Even today, a lot of older video technology still sits in conference rooms that can distort high resolution projection, or crop large screens and only show part of your application and desktop.  Using projectors with insufficient resolution introduces lots of clicks to scroll screens left and right, up and down, and all of that extra clicking can make an easy thing look hard.  Your product looks bad!  Ugh!  Critical?  Bring your own equipment.


For those with a technical bent within Presales, managing and configuring network connectivity may feel natural.  However, if your Presales profile leans more strongly towards the functional domain, you probably experience a lot of apprehension in this area.  Rule #1!  Find a way to control all aspects of the network connection, or find a way to remove the requirement from the demo.

The topic of connectivity includes a myriad of variables and goes far beyond the scope of this article.  It is important to understand concepts and best practices to get you pointed in the right direction for a non-eventful demo.  Rule #2, don’t forget Rule #1.

And then…

And then, there is seating, remote servers, room availability, power, audio, having backup and contingencies.  And then, there are remote demos and video conferencing.  There is much to learn and understand.  Key thing is to stay organized and stay true to best practices and process.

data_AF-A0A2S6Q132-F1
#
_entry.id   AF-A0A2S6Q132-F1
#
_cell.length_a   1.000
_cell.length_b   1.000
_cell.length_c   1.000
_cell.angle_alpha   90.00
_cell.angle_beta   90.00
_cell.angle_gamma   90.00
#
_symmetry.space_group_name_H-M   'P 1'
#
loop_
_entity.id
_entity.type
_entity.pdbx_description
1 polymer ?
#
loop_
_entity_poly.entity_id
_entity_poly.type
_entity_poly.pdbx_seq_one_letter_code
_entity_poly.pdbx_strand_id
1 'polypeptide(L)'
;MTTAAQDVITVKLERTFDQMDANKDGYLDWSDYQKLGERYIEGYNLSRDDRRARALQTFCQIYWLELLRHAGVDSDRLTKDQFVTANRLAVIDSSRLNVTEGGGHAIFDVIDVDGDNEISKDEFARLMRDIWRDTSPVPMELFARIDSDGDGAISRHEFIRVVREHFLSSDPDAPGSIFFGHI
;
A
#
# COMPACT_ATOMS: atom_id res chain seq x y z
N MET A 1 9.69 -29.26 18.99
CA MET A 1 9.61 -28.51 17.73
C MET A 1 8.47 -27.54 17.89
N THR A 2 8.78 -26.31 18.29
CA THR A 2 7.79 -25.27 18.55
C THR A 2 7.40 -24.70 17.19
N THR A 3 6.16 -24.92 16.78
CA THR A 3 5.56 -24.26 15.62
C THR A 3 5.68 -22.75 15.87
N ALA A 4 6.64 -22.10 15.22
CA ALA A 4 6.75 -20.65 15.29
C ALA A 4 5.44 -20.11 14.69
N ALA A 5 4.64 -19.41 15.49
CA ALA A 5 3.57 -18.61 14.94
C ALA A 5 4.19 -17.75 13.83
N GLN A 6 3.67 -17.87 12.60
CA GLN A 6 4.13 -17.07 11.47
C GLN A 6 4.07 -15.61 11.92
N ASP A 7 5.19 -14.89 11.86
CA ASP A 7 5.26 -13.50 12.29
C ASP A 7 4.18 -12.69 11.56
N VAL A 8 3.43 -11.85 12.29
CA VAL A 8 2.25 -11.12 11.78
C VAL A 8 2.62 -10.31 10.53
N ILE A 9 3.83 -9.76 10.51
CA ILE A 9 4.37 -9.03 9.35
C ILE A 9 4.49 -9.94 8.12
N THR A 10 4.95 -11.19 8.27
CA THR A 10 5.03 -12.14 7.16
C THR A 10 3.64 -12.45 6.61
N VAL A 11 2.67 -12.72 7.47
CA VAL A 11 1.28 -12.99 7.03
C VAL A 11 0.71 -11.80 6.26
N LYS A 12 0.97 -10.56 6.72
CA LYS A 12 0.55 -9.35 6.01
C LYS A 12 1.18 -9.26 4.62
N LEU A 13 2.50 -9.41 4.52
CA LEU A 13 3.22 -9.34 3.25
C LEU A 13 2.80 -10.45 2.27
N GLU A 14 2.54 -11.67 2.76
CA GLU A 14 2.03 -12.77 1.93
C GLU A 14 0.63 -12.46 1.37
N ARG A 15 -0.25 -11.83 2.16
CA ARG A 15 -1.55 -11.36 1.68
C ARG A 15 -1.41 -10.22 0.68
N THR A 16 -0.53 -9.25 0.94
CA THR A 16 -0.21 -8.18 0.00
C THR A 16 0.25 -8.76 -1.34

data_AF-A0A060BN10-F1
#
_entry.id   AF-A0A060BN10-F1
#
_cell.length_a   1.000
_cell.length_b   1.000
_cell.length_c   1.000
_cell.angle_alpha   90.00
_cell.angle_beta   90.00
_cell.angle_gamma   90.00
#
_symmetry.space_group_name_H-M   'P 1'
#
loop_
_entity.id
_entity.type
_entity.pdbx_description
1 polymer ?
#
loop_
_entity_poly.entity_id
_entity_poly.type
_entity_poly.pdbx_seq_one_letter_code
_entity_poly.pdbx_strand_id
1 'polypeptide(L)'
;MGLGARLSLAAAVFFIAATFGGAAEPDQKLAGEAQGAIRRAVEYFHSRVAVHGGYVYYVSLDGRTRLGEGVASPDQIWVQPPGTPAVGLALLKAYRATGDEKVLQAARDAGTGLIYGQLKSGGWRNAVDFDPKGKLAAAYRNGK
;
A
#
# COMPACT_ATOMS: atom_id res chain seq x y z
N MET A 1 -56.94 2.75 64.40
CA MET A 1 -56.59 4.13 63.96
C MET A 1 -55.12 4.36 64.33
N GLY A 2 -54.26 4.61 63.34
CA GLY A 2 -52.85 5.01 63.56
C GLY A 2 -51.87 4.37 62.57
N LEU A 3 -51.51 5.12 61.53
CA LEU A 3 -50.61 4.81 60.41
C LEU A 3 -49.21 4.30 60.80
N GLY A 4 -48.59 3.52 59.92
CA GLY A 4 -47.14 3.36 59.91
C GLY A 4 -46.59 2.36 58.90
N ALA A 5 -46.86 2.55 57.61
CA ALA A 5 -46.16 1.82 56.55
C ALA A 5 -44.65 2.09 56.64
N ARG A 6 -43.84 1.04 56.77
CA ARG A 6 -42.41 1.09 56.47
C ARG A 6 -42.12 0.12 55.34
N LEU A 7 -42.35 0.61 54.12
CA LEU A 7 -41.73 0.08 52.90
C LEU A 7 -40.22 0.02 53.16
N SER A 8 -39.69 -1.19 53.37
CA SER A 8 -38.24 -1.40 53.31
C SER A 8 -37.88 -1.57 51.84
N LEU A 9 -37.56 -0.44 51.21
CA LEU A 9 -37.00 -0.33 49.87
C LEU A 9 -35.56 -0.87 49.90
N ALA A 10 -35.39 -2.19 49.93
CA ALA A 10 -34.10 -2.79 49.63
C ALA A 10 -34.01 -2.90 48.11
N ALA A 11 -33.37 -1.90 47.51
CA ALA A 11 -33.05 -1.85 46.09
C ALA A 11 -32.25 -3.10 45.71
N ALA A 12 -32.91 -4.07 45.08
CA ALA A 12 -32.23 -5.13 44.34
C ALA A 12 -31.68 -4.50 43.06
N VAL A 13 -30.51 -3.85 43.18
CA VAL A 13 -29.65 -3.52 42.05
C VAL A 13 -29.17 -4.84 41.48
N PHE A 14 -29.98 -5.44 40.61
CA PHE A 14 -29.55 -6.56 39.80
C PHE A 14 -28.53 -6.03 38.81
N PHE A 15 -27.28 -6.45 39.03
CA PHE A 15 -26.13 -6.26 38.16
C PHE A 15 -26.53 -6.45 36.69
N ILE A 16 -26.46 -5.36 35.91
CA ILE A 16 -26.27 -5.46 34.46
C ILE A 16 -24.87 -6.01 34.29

Consider these best practices

  • Be skeptical of wireless connections. Use network cables when possible. When demoing from a home office, use cable connections between your Internet router and computer for best performance.
  • Prospect networks can be volatile. Confirm and test reliability beforehand, or utilize another approach, e.g. mobile hotspot, videos, etc. Have plan B ready!
  • For more critical demos, insist on a pre-demo venue walkthrough to review and validate all venue requirements.

Have other venue management techniques?  Let’s connect and continue the discussion.  I look forward to the dialog.

Like to read more?  Check out more articles about Presales best practices & techniques at https://www.desylvia.com and our book at https://3dpresales.com.

#Presales, #3DPresales

Published by Bob Skowron

Bob Skowron has practiced the art and science of Presales for 15+ years with over 10 years in Presales management. Before becoming a Presales professional, Bob combined business and technology skills sets by implementing IBM mid-range solutions as a financial controller. His business and marketing background were complemented with software engineering and management information system positions. From being a self-taught coder, he became an educational consultant, a project manager and sold implementation services. It was at this time in the mid1990s when Bob met and began working with co-author Dwayne DeSylvia. Bob crossed over from post-sales projects to Presales roles when working at Baan, a large global ERP solution provider. After rising to a Presales executive at Baan, Bob left to join a number of startup companies and brought Presales techniques and success to companies who had newly developed software solutions. Bob worked in the field and demonstrated with success the techniques he was asking his teams to do. An avid skier and outdoor enthusiast, Bob lives in Colorado.